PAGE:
Select Committee on Science and Technology Fifth Report


3 February 1998

  By the Select Committee appointed to consider Science and Technology.




A Picture is Worth a Thousand Words

  1.1     The tabloid at the supermarket check-out may have another "Elvis is Alive" story with a picture of him holding the last month's issue: inside there might be a story about a World War II Lancaster bomber landing on the moon, with photographs to prove it. But by and large people do not believe these photographs however real they look, and it is doubtful if the authors expect them to. So why should people doubt the photographs in a broadsheet of the Chancellor of the Exchequer holding up his red box on Budget Day in front of No. 11 (The Guardian 3 July 1997)[1]? Even those who approach what is written with a reasonable degree of scepticism have a general presumption that a photograph is what it purports to be. Further, if a jury in a criminal case is shown by the prosecution a clear and unambiguous photograph of the defendant caught in the act, in the absence of any other evidence, will the members regard it with just the same degree of scepticism as they had for the picture of the Lancaster on the moon? And should they?

  1.2     Questions such as these led the Committee to embark on its study of the use of digital images as evidence (see Box 1 for background information on images). What initially seemed likely to be a short enquiry into an apparently straightforward and well contained topic was found to be far less constrained. The ubiquity of digital technology meant the subject broadened from images, typically photographs, to closed circuit television (CCTV) on the one hand and databanks on the other. Digital technology has a pervasive influence on many apparently unrelated aspects of society, which was one of the reasons why in our previous report "The Information Society: Agenda for Action in the UK"[2] we recommended that the Government take a holistic approach by setting up an Information Society Task Force to identify the barriers to the development of the Information Society in the United Kingdom and to recommend appropriate remedies.

Box 1: What is an image? Some definitions
Analogue images
The traditional image captured by photography is an analogue image. The images are recorded as a variation in some physical property, for example frequency, amplitude, or activation state of a photochemical emulsion (of colour dyes and silver halides, for example, as a transparency or a negative). This varies with the brightness, colour and contrast of the scene being recorded.
Digital images
A digital image is a numerical representation recorded simply as a series of binary digits (bits): either one or zero with no values in between. The image is captured by being focused onto an electronic sensor (a charge coupled device, CCD) which is made up of individual light-sensitive elements called pixels (picture elements). These act as switches modifying an electrical current on or off and the information is processed by a computer. Images may be either moving or still, the data can be stored on a variety of media (eg compact disc, computer hard disk, or digital tape), and the image may be displayed either on an electronic display (computer monitor, TV screen or computer projection) or as a hard-copy print.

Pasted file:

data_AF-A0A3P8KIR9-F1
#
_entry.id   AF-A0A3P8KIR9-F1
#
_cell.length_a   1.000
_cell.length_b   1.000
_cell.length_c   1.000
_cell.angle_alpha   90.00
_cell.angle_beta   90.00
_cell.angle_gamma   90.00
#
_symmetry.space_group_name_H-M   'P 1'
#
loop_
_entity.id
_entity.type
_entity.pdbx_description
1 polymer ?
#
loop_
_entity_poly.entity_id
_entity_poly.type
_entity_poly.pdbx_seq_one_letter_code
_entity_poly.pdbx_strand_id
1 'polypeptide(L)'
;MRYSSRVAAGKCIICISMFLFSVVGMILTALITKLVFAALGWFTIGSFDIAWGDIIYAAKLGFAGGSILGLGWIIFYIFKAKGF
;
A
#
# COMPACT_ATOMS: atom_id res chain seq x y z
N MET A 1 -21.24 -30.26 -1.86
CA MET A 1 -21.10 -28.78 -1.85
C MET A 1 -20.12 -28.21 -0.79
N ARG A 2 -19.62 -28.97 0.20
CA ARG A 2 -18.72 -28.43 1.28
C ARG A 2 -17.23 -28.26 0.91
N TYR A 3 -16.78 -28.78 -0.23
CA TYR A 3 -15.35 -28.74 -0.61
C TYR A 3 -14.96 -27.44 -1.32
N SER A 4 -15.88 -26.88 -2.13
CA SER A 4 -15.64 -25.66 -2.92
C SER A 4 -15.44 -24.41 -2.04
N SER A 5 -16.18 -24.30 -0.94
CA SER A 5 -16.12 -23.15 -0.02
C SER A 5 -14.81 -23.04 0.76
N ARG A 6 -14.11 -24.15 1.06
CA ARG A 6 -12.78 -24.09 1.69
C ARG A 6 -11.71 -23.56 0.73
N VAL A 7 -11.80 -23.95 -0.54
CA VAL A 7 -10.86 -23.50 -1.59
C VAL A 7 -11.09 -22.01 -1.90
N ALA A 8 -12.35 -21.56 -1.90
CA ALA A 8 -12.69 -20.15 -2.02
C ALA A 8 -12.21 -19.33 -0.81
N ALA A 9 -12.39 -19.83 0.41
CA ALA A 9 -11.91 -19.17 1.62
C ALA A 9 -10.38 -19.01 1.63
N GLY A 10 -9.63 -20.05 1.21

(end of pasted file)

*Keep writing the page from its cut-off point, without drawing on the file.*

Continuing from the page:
Image resolution
The quality of a digital image depends on the number of sensor pixels and the size of the image as it is displayed. High resolution digital cameras on general sale at the moment have 'million pixel' sensors 1,152 x 864 pixels, (eg the Kodak DC210 for around £650) which will produce a standard five inch by three and three quarter inch photo with a resolution of 115 dots per inch. Compared to an analogue print of the same size, this sort of resolution is very poor but is suitable for displaying on a computer screen. Higher resolution sensors are available and it is likely that they will become more widely available in the near future. Much higher resolution is also available from computer scanners which can be used to digitise paper documents and analogue photographs. Epson, for example, sell a 2,400 dots per inch scanner for just over £500. If linked to their 1,440 dots per inch colour laser printer (for around £200), this can produce a photo-quality hard copy.

  1.3     Although there is a common technological link between the many different issues raised by digital imaging, their apparent diversity makes it difficult to draw a common theme for this report. For example, the discussion of CCTV and city centre surveillance would not be complete without reference to the issues raised for individual privacy. But while an examination of the principles behind the moves towards a law of privacy is clearly not part of the remit we have set ourselves, an analysis of the implications for the individual created by the application of new technology, and hence the willingness of the public to accept it, is. Similarly when considering the implications of documentary data we found ourselves looking at the Data Protection Act. Again, with proposed legislation underway it is not our intent to comment on the Data Protection Act[3]. Nonetheless, digital imaging technology has broad implications here for the way we run our society which we cannot ignore. We have taken the initial focus of our study-the digital image, typically in the form of a photograph-and looked at the two adjacent topics: moving images (videos and CCTV) and images of text, either written or as 'pictures' that exist only as data on a computer. All forms of evidence can raise questions of authenticity: digital images are not unique in this respect. For example, questions of forgery arise with more conventional technology. But digital technology raises its own sort of issues and these are the subject of this Report. First we describe some of the ways in which imaging technologies are being used today.

Traffic control